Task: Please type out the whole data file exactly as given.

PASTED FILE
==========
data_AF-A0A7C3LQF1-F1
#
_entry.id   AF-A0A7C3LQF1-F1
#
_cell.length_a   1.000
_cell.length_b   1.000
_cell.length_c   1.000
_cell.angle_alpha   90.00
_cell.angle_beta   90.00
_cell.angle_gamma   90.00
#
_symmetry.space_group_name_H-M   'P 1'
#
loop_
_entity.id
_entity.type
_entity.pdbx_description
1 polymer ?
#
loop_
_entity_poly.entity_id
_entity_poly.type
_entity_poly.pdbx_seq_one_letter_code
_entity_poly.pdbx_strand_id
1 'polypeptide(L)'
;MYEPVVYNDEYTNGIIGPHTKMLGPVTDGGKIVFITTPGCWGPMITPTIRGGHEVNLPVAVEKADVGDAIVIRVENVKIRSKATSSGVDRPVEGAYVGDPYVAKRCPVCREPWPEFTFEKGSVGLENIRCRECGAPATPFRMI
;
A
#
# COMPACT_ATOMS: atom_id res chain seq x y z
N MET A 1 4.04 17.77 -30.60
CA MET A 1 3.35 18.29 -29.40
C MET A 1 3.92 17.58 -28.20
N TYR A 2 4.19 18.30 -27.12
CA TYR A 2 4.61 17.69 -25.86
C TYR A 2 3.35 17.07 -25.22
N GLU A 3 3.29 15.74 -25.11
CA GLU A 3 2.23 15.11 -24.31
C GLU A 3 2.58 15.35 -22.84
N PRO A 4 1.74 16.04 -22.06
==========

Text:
data_AF-A0A7C3LQF1-F1
#
_entry.id   AF-A0A7C3LQF1-F1
#
_cell.length_a   1.000
_cell.length_b   1.000
_cell.length_c   1.000
_cell.angle_alpha   90.00
_cell.angle_beta   90.00
_cell.angle_gamma   90.00
#
_symmetry.space_group_name_H-M   'P 1'
#
loop_
_entity.id
_entity.type
_entity.pdbx_description
1 polymer ?
#
loop_
_entity_poly.entity_id
_entity_poly.type
_entity_poly.pdbx_seq_one_letter_code
_entity_poly.pdbx_strand_id
1 'polypeptide(L)'
;MYEPVVYNDEYTNGIIGPHTKMLGPVTDGGKIVFITTPGCWGPMITPTIRGGHEVNLPVAVEKADVGDAIVIRVENVKIRSKATSSGVDRPVEGAYVGDPYVAKRCPVCREPWPEFTFEKGSVGLENIRCRECGAPATPFRMI
;
A
#
# COMPACT_ATOMS: atom_id res chain seq x y z
N MET A 1 4.04 17.77 -30.60
CA MET A 1 3.35 18.29 -29.40
C MET A 1 3.92 17.58 -28.20
N TYR A 2 4.19 18.30 -27.12
CA TYR A 2 4.61 17.69 -25.86
C TYR A 2 3.35 17.07 -25.22
N GLU A 3 3.29 15.74 -25.11
CA GLU A 3 2.23 15.11 -24.31
C GLU A 3 2.58 15.35 -22.84
N PRO A 4 1.74 16.04 -22.06